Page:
Chip giant Intel (NASDAQ: INTC) has publicly committed to putting out new personal computer processors on a roughly annual cadence. The performance and power efficiency that the company brings to the table with each generation can come from design improvements, manufacturing technology enhancements, or, ideally, some combination of the two. Intel also tends to integrate new features and capabilities with each new generation.
On April 2, Intel announced a new set of processors for notebook computers based on its Coffee Lake architecture. For high-performance notebook computers, mobile workstations, and so on, the company is introducing the Coffee Lake-H series of chips.
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For more mainstream and portable devices, the company is also introducing its lower-power Coffee Lake-U processors.
Here's what Intel wants you to know about these products.
1. Coffee Lake-H brings six cores to laptops
Intel's prior-generation H-series laptop processors, known as Kaby Lake-H, came in configurations with up to four high-performance processor cores. The H-series processors have topped out at four processor cores for years, although over time those cores have gotten both more powerful and more power efficient.
With Coffee Lake-H, Intel is introducing mobile hex-core processors. Not every Coffee Lake-H part has six cores -- the very lowest-end Core i5 models have only four cores -- but the Core i7, Core i9, and Xeon (for mobile workstation use) models all do.
Intel claims that the top Coffee Lake-H part can deliver up to 41% improved gaming performance and 59% faster 4K video editing than the second-fastest model in the prior-generation Kaby Lake-H lineup (the gap would be slightly narrower if Intel had used the top model in the Kaby Lake-H lineup for the comparison, but not by a whole lot).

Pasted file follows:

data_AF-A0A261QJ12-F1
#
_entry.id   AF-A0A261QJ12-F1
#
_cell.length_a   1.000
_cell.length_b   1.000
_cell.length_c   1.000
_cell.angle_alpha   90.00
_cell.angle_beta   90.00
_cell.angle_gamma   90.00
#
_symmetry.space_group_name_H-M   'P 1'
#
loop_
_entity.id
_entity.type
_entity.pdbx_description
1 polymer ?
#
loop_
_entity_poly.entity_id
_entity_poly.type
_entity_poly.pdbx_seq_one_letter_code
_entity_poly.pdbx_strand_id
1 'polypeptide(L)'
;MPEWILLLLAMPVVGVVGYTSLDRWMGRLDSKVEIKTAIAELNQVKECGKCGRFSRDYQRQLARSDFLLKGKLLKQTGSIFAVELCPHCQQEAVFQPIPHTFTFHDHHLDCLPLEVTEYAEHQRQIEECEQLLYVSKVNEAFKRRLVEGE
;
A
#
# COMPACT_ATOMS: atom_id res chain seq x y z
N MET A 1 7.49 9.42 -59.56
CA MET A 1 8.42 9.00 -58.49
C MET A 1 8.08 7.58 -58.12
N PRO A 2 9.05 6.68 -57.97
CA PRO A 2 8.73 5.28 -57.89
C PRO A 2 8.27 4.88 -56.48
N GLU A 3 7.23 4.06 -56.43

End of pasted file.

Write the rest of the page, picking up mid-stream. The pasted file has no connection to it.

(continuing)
All told, this looks like a really compelling upgrade to Intel's high-performance laptop lineup.
2. Coffee Lake-U brings more cores
For thinner and lighter notebooks, Intel is also introducing a product family known as Coffee Lake-U. These chips succeed the higher-end models within Kaby Lake-U, whose processors had two processor cores and Intel's highest-end GT3e graphics.
The Coffee Lake-U parts are essentially the Kaby Lake-U parts with GT3e graphics, but with two more processor cores added.
The differences don't quite end there, though. The Coffee Lake-U parts run at higher frequencies than their Kaby Lake-U predecessors did, thanks to design optimizations and a migration to a more advanced 14-nanometer++ technology (Kaby Lake was built on 14-nanometer+).
Moreover, the Coffee Lake-U parts now incorporate an updated PCH chip that improves power efficiency and includes some nifty new features like integrated Wi-Fi, USB 3.1 Gen2 support, and an upgraded audio processor.
And finally, the Kaby Lake-U parts that are being replaced came with 64MB of Intel's embedded DRAM, or eDRAM, memory on the same package as the processor and the PCH. This memory helped to accelerate both graphics and processor performance. The new Coffee Lake-U parts include twice the eDRAM memory that the Kaby Lake-U parts did, which could potentially boost performance.
Even though Intel didn't update the CPU core or graphics processor designs, the company did do quite a lot to make Coffee Lake-U a worthy successor to the Kaby Lake-U products.
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